In a clear and simple manner, Serge Gruzinski commented on his reflections arising from these questions, and emphasized the mobility that emerged in the past and the differences between these processes when they were carried out by conquerors, traders or missionaries; likewise, he reaffirmed that, although there is colonization, there is also the creation of a new society that had never existed before, and in which one of its fundamental elements is miscegenation, with the background of local notions and references, but also global, universal ones. At the end of the interview, Gruzinski alluded to the role of the Society of Jesus in the process of globalization, indicating that the Jesuits played a fundamental role in the transmission of information between New Spain and distant kingdoms, such as China, which motivated them to project the desire to expand Christianity to the East from Mexico, since political and commercial expansion always translated into religious terms: saving souls.

Therefore, we invite the readers of the magazine Encartes to listen to the complete interview with one of the foremost experts on the globalization process and the history of Mexico.


Gruzinski, Serge (1989). La guerre des images, de Christophe Colomb à “Blade Runner”. París: Fayard.

— (1999). La pensé métisse. París: Fayard.

— (2004). Les quatre parties du monde. París: La Martinière.

Arturo Reynoso is a chemical engineer (iteso(Instituto Libre de Filosofía y Ciencias de la Compañía de Jesús, Guadalajara), Bachelor of Philosophy (Instituto Libre de Filosofía y Ciencias de la Compañía de Jesús). Master in Social Philosophy (iteso(Universidad Iberoamericana, Guadalajara). Licentiate in Religious Sciences (Universidad Iberoamericana, Mexico City). Master and PhD in Theology with mention in History of Christianity (Facultés Jésuites de Paris: Centre Sèvres, Paris, France).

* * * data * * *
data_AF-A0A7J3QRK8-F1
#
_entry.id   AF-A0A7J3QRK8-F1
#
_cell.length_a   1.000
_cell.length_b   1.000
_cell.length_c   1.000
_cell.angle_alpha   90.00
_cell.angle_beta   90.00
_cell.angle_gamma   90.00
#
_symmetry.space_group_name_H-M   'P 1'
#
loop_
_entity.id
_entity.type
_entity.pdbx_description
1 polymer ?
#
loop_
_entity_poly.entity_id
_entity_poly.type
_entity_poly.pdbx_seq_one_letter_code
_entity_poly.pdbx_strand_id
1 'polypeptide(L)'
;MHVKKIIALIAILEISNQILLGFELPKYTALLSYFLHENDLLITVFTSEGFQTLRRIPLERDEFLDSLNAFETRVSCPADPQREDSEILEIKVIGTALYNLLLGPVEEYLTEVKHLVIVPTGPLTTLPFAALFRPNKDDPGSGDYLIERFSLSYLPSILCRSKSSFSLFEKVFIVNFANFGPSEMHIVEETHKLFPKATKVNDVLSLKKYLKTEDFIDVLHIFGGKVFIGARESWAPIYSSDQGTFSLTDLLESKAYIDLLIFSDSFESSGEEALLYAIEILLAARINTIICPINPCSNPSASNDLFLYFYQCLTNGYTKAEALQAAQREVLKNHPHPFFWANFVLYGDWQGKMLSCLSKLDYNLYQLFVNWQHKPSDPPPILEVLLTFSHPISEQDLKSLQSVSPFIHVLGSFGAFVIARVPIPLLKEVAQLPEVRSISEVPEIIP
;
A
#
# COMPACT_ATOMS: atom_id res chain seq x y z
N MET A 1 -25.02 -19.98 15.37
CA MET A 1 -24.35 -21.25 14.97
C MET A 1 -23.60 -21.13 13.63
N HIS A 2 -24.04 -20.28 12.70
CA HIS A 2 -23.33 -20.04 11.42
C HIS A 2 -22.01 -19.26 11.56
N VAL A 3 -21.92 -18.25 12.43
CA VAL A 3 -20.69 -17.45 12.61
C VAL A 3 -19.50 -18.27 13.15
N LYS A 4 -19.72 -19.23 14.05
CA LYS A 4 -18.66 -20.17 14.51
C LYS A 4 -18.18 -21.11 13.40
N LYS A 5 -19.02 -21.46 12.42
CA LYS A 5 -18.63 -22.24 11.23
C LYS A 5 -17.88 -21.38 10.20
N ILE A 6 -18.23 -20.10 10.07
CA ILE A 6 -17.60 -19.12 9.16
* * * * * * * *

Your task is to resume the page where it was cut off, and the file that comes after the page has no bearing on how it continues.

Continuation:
In recent years he has conducted research on the history of the Society of Jesus, particularly on the educational and missionary ministries of the Jesuits. He has deepened his studies in the history of the Society in Mexico during the viceregal period and in the work of Francisco Xavier Clavigero.

He has published books, articles and materials on historical, theological, biblical, ethical and educational topics. He has been director of social institutions and academic and publishing institutions in Bolivia and Mexico.

He is currently an academic and researcher at the Academic Information Department of the itesoand coordinator of the Commission on Memory, History and Heritage sponsored by the Conference of Jesuit Provincials of Latin America (cpal). His formation and work in the Society of Jesus, which he joined in 1989, has been carried out in Mexico, Bolivia, France and the United States.

Serge Gruzinski (Tourcoing, France, November 5, 1949). French historian specialized in Latin American themes, belonging to the history of mentalities. He is an archivist, paleographer and doctor in history. He has carried out studies on the mestizo image and its entry into modernity in Mexico. In recent years he has been doing research on Brazil and the Portuguese Empire. His latest published work is Les quatre parties du monde in 2004. He currently serves as director of research at the National Center for Scientific Research (cnrs), directs the Joint Research Unit Empires, Sociétés, Nations, and holds its annual seminar in Paris. Cultures et sociétés de l'Amérique coloniale, xvie-xixe siècle and is director of doctoral theses at the Escuela de Altos Estudios en Ciencias Sociales.


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EncartesVol. 7, No. 13, March 2024-September 2024, is an open access digital academic journal published biannually by the Centro de Investigaciones y Estudios Superiores en Antropología Social, Calle Juárez, No. 87, Col. Tlalpan, C. P. 14000, México, D. F., Apdo. Postal 22-048, Tel. 54 87 35 70, Fax 56 55 55 76, El Colegio de la Frontera Norte, A. C.., Carretera Escénica Tijuana-Ensenada km 18.5, San Antonio del Mar, No. 22560, Tijuana, Baja California, Mexico, Tel. +52 (664) 631 6344, Instituto Tecnológico y de Estudios Superiores de Occidente, A.C., Periférico Sur Manuel Gómez Morin, No. 8585, Tlaquepaque, Jalisco, Tel. (33) 3669 3434, and El Colegio de San Luis, A. C., Parque de Macul, No. 155, Fracc. Colinas del Parque, San Luis Potosi, Mexico, Tel. (444) 811 01 01. Contact: Director of the journal: Ángela Renée de la Torre Castellanos. Hosted at Responsible for the last update of this issue: Arthur Temporal Ventura. Date last modified: March 25, 2024.